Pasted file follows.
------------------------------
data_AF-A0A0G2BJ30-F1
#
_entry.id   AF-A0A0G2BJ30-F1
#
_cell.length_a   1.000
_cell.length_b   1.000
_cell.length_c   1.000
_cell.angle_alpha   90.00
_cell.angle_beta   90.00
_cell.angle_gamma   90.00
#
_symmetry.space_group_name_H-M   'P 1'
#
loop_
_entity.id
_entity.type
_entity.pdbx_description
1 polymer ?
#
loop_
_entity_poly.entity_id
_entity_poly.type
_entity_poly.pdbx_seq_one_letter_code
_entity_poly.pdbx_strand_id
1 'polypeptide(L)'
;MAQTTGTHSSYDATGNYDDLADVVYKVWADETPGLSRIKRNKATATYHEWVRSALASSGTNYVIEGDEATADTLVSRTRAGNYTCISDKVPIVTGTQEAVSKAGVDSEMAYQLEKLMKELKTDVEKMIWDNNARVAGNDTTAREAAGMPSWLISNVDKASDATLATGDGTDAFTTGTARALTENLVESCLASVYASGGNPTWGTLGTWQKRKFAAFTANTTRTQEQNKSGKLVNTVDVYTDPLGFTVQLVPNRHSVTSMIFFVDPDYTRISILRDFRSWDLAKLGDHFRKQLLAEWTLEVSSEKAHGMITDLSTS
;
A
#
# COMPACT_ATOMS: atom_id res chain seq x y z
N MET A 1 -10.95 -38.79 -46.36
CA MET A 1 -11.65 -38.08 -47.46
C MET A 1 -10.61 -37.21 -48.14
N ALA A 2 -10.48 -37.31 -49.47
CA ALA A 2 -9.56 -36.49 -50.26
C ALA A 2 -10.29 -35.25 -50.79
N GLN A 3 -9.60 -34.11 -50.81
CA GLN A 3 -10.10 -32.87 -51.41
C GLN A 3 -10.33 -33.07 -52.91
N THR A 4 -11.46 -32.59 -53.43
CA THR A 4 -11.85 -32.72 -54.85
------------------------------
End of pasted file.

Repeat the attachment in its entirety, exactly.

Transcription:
data_AF-A0A0G2BJ30-F1
#
_entry.id   AF-A0A0G2BJ30-F1
#
_cell.length_a   1.000
_cell.length_b   1.000
_cell.length_c   1.000
_cell.angle_alpha   90.00
_cell.angle_beta   90.00
_cell.angle_gamma   90.00
#
_symmetry.space_group_name_H-M   'P 1'
#
loop_
_entity.id
_entity.type
_entity.pdbx_description
1 polymer ?
#
loop_
_entity_poly.entity_id
_entity_poly.type
_entity_poly.pdbx_seq_one_letter_code
_entity_poly.pdbx_strand_id
1 'polypeptide(L)'
;MAQTTGTHSSYDATGNYDDLADVVYKVWADETPGLSRIKRNKATATYHEWVRSALASSGTNYVIEGDEATADTLVSRTRAGNYTCISDKVPIVTGTQEAVSKAGVDSEMAYQLEKLMKELKTDVEKMIWDNNARVAGNDTTAREAAGMPSWLISNVDKASDATLATGDGTDAFTTGTARALTENLVESCLASVYASGGNPTWGTLGTWQKRKFAAFTANTTRTQEQNKSGKLVNTVDVYTDPLGFTVQLVPNRHSVTSMIFFVDPDYTRISILRDFRSWDLAKLGDHFRKQLLAEWTLEVSSEKAHGMITDLSTS
;
A
#
# COMPACT_ATOMS: atom_id res chain seq x y z
N MET A 1 -10.95 -38.79 -46.36
CA MET A 1 -11.65 -38.08 -47.46
C MET A 1 -10.61 -37.21 -48.14
N ALA A 2 -10.48 -37.31 -49.47
CA ALA A 2 -9.56 -36.49 -50.26
C ALA A 2 -10.29 -35.25 -50.79
N GLN A 3 -9.60 -34.11 -50.81
CA GLN A 3 -10.10 -32.87 -51.41
C GLN A 3 -10.33 -33.07 -52.91
N THR A 4 -11.46 -32.59 -53.43
CA THR A 4 -11.85 -32.72 -54.85